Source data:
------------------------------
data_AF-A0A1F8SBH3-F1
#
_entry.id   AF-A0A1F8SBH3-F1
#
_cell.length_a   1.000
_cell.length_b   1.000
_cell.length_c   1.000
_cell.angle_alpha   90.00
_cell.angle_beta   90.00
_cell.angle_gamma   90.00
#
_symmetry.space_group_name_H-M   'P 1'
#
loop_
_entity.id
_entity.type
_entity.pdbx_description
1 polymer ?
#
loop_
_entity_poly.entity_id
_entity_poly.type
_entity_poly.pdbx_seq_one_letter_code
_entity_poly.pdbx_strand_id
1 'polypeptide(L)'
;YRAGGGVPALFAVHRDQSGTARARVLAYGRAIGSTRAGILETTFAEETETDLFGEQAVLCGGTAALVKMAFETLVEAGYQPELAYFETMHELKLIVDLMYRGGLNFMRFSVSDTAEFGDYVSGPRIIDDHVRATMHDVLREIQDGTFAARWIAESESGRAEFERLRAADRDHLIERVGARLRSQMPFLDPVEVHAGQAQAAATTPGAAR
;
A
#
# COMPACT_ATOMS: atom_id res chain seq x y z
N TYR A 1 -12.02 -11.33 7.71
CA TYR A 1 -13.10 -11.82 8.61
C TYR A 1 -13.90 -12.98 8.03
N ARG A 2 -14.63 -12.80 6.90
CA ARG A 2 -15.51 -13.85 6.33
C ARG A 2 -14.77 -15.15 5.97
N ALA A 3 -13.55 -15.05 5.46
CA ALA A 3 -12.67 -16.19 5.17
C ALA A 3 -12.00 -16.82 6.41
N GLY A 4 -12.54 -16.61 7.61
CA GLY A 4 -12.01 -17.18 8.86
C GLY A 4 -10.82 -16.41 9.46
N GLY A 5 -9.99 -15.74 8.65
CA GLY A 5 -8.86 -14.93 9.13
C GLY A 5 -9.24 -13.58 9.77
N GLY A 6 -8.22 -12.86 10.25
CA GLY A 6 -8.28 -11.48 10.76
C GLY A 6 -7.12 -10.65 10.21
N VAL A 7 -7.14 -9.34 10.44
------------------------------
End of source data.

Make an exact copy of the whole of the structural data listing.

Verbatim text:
data_AF-A0A1F8SBH3-F1
#
_entry.id   AF-A0A1F8SBH3-F1
#
_cell.length_a   1.000
_cell.length_b   1.000
_cell.length_c   1.000
_cell.angle_alpha   90.00
_cell.angle_beta   90.00
_cell.angle_gamma   90.00
#
_symmetry.space_group_name_H-M   'P 1'
#
loop_
_entity.id
_entity.type
_entity.pdbx_description
1 polymer ?
#
loop_
_entity_poly.entity_id
_entity_poly.type
_entity_poly.pdbx_seq_one_letter_code
_entity_poly.pdbx_strand_id
1 'polypeptide(L)'
;YRAGGGVPALFAVHRDQSGTARARVLAYGRAIGSTRAGILETTFAEETETDLFGEQAVLCGGTAALVKMAFETLVEAGYQPELAYFETMHELKLIVDLMYRGGLNFMRFSVSDTAEFGDYVSGPRIIDDHVRATMHDVLREIQDGTFAARWIAESESGRAEFERLRAADRDHLIERVGARLRSQMPFLDPVEVHAGQAQAAATTPGAAR
;
A
#
# COMPACT_ATOMS: atom_id res chain seq x y z
N TYR A 1 -12.02 -11.33 7.71
CA TYR A 1 -13.10 -11.82 8.61
C TYR A 1 -13.90 -12.98 8.03
N ARG A 2 -14.63 -12.80 6.90
CA ARG A 2 -15.51 -13.85 6.33
C ARG A 2 -14.77 -15.15 5.97
N ALA A 3 -13.55 -15.05 5.46
CA ALA A 3 -12.67 -16.19 5.17
C ALA A 3 -12.00 -16.82 6.41
N GLY A 4 -12.54 -16.61 7.61
CA GLY A 4 -12.01 -17.18 8.86
C GLY A 4 -10.82 -16.41 9.46
N GLY A 5 -9.99 -15.74 8.65
CA GLY A 5 -8.86 -14.93 9.13
C GLY A 5 -9.24 -13.58 9.77
N GLY A 6 -8.22 -12.86 10.25
CA GLY A 6 -8.28 -11.48 10.76
C GLY A 6 -7.12 -10.65 10.21
N VAL A 7 -7.14 -9.34 10.44